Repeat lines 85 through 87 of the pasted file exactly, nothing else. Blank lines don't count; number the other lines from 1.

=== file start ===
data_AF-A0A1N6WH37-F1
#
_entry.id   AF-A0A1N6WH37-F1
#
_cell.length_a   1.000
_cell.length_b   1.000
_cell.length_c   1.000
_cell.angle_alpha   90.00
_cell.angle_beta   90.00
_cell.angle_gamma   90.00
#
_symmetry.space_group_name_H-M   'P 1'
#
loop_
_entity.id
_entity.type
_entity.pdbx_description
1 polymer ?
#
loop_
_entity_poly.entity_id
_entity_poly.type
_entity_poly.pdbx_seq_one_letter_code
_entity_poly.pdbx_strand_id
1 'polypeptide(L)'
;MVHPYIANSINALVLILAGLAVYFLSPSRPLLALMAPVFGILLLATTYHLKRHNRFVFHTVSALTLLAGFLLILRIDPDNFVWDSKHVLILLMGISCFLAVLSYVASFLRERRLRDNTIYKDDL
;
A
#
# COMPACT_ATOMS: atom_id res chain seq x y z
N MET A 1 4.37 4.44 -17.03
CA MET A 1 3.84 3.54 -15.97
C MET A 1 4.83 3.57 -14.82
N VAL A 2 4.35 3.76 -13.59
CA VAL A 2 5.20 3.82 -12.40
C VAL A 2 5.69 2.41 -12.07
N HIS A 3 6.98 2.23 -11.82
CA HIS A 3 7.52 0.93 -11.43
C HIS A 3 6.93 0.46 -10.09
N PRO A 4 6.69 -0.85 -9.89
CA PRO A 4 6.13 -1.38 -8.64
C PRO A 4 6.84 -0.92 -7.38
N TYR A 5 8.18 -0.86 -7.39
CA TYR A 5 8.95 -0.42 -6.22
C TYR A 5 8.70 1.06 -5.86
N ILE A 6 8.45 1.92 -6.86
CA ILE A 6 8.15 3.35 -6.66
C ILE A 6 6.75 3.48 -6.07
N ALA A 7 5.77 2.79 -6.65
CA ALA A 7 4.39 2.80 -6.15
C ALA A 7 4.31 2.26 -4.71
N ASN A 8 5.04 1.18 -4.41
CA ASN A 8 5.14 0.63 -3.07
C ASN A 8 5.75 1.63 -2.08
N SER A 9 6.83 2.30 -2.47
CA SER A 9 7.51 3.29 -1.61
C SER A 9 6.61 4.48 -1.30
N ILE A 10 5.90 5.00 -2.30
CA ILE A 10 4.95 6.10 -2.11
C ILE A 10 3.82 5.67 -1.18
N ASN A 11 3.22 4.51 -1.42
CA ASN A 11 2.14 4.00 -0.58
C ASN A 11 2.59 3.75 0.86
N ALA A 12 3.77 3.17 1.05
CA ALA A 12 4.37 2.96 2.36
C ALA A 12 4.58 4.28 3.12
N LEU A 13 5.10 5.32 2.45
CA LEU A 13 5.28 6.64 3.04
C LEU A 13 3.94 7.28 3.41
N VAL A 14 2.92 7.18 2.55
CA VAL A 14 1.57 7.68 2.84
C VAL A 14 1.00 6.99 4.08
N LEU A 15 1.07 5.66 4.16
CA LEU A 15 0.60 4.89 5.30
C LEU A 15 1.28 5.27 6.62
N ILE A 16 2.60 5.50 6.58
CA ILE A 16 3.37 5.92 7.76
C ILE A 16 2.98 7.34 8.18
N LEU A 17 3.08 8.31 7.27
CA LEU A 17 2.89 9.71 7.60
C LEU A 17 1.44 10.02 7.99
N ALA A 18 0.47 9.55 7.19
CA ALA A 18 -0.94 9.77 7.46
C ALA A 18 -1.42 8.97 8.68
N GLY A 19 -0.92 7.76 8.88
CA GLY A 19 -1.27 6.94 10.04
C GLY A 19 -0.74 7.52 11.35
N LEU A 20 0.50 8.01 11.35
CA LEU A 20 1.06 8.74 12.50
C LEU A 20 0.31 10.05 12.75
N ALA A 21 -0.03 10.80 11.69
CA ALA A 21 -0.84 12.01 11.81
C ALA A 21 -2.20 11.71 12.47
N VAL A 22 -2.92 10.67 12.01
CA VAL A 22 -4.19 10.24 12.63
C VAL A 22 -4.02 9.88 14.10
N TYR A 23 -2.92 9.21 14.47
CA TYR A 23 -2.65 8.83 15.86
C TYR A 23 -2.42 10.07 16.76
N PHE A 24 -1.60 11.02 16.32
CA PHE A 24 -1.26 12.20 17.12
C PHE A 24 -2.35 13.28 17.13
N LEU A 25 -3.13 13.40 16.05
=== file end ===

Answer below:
N GLY A 19 -0.92 7.76 8.88
CA GLY A 19 -1.27 6.94 10.04
C GLY A 19 -0.74 7.52 11.35